self.notes.insert(&env::predecessor_account_id(), &vec);
        }
        else {
            // If the account id exists in the map, we just retrieve the vector, insert the note and insert it back again. 
            let mut vec1 = self.notes.get(&env::predecessor_account_id()).unwrap();
            vec1.push(status);
            self.notes.insert(&env::predecessor_account_id(), &vec1);
        }

    }
    

The method set_status is used to add a string note to our structs.

The method set_status is used to add a string note to our structs.

It takes two arguments  &mut self, status. We are using &mut self to borrow self mutably. You can learn more about borrowing here.

&env::predecessor_account_id() - This gets the account ID which will become the key for our unordered_map.

The status_updates can only store one note per user. And hence every time set_status function is called, the previous note would be overwritten.

Toh tackle this shortcoming we have notes. It stores a vector of strings associated with each account ID.

Delete_Status and Delete_Notes

	// Following are the generic map applications
    pub fn delete_status(&mut self) {
        self.status_updates.remove(&env::predecessor_account_id());
    }
     // Deletes notes associated to the account id through which the function is called
    pub fn delete_note(&mut self) {
        self.notes.remove(&env::predecessor_account_id());
    }

    

The above methods delete the notes associated with the particular account ID.

Get_Notes

    // Retrives the vector with the given account ID
    pub fn get_notes(&self, account_id: AccountId) -> Vec<std::string::String> {
        match self.notes.get(&account_id) {
            Some(x) => x,
            None => vec![],
        }
        // self.notes.get(&account_id).unwrap() # Converts it from optional to vector
    }
  
    // Retreives all the notes from the map
    pub fn get_updates(&self)-> Vec<Vec<std::string::String>> {
        
        let _keys = self.notes.keys_as_vector();
        let _values = self.notes.values_as_vector();
        let v1_iter = _values.iter();
        // println!("{_values:?}");
        let mut ans = Vec:: new();
        for i in v1_iter {
            ans.push(i);
        }
        ans
    }

Get_notes retrieves the notes associated with a given account ID whereas get_updates retrieves all the stored notes on the blockchain database.

Compiling the Contract

Now that we have written and tested the Rust smart contract, we will compile it into WebAssembly for deployment on NEAR.

Run the file ./build.sh

cargo build --target wasm32-unknown-unknown --release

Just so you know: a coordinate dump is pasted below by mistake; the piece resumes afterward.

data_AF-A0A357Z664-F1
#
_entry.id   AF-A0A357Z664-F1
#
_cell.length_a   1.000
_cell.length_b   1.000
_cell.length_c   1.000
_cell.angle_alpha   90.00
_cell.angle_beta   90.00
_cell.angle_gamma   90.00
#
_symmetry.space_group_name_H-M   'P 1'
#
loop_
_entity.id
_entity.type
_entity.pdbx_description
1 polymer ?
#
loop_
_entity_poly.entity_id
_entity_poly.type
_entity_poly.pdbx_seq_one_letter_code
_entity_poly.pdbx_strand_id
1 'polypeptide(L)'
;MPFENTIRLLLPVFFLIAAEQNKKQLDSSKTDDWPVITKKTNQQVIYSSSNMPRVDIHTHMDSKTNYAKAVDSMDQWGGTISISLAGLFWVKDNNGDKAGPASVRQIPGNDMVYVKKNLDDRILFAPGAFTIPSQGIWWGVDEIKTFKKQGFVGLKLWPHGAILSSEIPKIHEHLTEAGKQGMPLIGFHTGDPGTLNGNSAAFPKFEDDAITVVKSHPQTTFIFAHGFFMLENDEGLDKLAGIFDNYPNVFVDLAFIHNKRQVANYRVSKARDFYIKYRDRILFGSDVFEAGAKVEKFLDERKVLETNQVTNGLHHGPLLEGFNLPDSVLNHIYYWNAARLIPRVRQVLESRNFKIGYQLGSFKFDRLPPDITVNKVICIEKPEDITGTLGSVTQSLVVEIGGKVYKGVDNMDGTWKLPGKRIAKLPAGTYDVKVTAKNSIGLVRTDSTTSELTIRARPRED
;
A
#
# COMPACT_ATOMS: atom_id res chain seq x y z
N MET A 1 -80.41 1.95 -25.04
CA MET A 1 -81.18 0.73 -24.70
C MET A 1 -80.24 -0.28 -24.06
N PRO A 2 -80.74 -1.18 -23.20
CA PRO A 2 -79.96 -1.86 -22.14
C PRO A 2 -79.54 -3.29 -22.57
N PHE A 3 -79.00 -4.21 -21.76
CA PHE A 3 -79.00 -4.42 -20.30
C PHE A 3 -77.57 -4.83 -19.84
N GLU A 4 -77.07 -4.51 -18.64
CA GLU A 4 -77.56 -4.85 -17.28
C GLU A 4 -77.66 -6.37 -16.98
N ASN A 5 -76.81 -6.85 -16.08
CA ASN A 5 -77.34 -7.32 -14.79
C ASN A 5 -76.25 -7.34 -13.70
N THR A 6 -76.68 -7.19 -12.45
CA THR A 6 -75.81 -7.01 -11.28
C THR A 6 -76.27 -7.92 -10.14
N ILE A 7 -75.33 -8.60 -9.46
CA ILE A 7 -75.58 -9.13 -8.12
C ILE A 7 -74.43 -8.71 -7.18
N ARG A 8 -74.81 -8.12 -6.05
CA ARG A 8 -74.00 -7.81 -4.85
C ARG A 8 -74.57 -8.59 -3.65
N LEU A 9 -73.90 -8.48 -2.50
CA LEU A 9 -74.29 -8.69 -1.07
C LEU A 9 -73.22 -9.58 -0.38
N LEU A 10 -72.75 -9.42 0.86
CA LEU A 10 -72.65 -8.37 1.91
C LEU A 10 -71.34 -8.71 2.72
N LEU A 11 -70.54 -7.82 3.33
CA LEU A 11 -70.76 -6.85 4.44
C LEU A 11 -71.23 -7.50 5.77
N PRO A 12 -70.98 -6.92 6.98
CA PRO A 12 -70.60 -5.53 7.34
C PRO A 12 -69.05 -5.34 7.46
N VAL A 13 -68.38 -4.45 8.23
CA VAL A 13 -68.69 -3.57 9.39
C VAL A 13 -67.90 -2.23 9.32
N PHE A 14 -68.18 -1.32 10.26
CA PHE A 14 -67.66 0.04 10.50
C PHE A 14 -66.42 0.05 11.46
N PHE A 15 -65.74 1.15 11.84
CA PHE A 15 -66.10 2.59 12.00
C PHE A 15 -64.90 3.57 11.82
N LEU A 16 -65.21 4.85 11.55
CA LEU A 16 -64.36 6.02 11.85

cp target/wasm32-unknown-unknown/release/test101.wasm res

This would have generated an optimised WebAssembly file which we can deploy on NEAR.

Deploying the Contract

First you have to login into your account using near-cli.

near login

This will redirect you to the NEAR wallet requesting full access to your account. From here, select which account you would like an access key.After you click allow, you will be asked to confirm this authorization by entering the account name.

After the successful login, we will deploy the smart contract on Near testnet. Suppose the name of my testnet account is intro.testnet. Now I will create a sub account under my main account with the name notes.intro.testnet.

This sub account will be completely independent of the main account and will have separate credentials. We will initialise this account by transferring a small amount of say 20 Near from the main account.

To do so

near create-account notes.intro.testnet --masterAccount intro.testnet --initialBalance 20

near deploy --wasmFile target/wasm32-unknown-unknown/release/test101.wasm --accountId notes.intro.testnet --initFunction 'new' --initArgs '{}'

The deploy function here deploys the wasm file we generated as a result of the build command on the account notes.intro.testnet.

Interacting with the contract

Now that we have deployed our contract, we can interact with it using the NEAR CLI.

To add notes.

near call CONTRACT_ID set_status '{"status" : "Trying out writing a smart contract" }' --accountId ACCOUNT_ID

To get notes of a particular account

near call CONTRACT_ID get_notes '{ "account_id": "ACCOUNT_ID" }' --accountId ACCOUNT_ID

To get all notes

near call CONTRACT_ID get_updates --accountId ACCOUNT_ID

Lastly, we will delete the key:

near call CONTRACT_ID delete_notes --accountId ACCOUNT_ID

Conclusion

With this tutorial, we have covered the absolute basics of the NEAR smart contract programming with Rust. The delved intro the structures of the Rust smart contracts, the macros and collections offered by NEAR SDK, compiling and deploying WebAssembly and lastly interacting with our deployed Rust contracts on NEAR using the NEAR CLI. I hope this would help you with writing your first smart contract. Happy coding :)